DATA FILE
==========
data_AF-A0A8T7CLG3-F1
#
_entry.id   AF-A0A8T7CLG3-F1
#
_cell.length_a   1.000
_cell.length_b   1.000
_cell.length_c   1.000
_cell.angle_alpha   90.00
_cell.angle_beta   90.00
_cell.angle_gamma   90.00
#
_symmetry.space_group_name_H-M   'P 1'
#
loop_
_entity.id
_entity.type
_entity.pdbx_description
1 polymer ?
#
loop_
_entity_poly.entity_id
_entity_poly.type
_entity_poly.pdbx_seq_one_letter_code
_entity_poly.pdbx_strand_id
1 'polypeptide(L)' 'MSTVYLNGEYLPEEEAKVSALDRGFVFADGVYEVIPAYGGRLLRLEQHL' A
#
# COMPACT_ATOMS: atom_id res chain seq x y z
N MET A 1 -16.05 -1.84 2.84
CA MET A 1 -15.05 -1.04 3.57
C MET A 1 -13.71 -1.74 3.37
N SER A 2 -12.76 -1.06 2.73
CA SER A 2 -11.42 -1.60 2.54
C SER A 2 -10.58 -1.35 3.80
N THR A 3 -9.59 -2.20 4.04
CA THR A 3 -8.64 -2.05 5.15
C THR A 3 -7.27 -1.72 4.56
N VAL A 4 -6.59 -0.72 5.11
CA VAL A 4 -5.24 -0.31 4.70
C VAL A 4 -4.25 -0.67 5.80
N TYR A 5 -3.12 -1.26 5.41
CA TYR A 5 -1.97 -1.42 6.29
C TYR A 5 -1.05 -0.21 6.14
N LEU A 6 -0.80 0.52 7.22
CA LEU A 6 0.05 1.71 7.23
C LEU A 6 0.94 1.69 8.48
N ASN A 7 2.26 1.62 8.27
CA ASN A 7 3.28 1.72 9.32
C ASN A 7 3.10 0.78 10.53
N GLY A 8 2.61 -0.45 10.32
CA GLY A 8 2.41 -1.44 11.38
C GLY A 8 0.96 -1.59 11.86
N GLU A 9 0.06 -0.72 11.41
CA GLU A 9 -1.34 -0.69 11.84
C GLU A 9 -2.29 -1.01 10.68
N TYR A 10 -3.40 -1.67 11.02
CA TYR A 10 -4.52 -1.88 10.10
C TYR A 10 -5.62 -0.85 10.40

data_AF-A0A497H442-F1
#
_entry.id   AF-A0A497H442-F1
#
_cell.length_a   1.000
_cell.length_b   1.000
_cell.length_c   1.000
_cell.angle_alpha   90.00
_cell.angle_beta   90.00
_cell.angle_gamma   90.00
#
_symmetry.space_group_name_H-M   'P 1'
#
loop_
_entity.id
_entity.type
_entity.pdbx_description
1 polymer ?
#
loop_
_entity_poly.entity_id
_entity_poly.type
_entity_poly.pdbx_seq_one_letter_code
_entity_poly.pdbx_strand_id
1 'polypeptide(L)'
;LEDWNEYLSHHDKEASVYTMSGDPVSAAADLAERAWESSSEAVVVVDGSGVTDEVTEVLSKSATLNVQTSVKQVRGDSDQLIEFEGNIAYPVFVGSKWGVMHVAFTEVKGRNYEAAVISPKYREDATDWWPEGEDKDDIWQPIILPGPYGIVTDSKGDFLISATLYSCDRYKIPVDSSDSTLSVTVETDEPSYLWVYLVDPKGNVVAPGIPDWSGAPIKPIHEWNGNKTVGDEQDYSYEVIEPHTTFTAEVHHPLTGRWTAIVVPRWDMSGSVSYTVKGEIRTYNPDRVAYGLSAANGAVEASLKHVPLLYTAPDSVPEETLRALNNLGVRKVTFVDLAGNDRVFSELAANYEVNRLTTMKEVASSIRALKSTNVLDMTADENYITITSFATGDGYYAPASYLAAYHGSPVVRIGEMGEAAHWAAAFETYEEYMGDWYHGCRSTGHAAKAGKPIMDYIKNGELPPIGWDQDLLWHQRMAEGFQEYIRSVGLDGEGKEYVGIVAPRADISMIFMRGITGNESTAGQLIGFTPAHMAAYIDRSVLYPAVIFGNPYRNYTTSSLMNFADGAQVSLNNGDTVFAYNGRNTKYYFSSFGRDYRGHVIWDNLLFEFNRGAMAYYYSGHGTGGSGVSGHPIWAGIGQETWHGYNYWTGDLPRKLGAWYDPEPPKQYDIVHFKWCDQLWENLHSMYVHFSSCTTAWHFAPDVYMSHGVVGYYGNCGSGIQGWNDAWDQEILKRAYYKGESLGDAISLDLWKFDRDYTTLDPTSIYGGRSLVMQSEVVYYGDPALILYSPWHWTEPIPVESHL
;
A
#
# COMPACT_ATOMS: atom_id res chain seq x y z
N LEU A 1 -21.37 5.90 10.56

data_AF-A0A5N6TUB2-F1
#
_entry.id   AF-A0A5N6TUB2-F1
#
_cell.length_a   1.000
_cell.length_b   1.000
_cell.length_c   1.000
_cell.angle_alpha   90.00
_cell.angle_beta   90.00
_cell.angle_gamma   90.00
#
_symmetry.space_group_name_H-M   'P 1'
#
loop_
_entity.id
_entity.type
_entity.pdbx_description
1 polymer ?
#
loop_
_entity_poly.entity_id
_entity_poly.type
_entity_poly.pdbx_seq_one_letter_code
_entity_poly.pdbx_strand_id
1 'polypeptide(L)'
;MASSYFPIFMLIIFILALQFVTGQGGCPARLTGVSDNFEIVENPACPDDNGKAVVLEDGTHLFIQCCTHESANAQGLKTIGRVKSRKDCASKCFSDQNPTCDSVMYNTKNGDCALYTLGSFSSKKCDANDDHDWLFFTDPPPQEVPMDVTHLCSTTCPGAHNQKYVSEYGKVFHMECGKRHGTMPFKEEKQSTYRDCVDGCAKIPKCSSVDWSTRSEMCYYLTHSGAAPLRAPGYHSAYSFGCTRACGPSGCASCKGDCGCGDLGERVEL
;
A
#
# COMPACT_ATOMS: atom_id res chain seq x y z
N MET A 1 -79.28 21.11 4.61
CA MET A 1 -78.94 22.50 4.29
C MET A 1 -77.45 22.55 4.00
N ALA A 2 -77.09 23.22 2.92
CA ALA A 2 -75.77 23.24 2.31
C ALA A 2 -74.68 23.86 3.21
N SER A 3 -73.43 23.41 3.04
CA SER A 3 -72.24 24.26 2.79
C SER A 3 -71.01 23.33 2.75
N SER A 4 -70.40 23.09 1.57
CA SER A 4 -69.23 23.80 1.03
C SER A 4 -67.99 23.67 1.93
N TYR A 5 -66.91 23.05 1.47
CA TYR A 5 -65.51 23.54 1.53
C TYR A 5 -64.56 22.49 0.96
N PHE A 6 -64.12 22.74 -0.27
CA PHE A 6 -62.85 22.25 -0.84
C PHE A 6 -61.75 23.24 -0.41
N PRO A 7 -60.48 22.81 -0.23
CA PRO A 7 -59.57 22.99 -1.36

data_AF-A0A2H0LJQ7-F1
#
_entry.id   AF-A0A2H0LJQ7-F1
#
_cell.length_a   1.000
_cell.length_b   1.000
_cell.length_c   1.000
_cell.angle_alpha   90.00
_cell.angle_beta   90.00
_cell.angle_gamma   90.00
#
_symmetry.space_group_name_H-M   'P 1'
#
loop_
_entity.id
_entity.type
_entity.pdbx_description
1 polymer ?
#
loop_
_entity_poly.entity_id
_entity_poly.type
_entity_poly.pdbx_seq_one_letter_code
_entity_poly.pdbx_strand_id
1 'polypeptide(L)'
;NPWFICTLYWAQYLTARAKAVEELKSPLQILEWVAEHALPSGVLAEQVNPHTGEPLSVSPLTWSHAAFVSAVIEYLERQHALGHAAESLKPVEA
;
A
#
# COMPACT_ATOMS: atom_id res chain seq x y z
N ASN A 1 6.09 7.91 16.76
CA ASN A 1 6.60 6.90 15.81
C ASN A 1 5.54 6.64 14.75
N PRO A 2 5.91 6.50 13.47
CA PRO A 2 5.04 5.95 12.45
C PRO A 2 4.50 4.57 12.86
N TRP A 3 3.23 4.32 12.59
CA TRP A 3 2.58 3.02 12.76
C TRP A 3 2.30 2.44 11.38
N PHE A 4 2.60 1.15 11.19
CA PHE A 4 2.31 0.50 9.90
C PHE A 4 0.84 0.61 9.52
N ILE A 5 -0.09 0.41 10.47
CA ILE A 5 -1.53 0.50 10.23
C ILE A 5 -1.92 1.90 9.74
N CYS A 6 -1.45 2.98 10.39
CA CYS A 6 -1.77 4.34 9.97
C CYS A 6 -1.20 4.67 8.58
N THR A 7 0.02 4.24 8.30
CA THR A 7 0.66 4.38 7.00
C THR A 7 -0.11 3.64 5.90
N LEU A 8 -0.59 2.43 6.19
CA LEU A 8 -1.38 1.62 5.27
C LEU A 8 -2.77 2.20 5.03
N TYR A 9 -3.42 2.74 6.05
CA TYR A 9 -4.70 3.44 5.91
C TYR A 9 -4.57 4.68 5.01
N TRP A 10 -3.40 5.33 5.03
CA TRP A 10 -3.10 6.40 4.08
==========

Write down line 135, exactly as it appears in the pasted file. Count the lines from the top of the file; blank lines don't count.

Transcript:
CA PHE A 6 -62.85 22.25 -0.84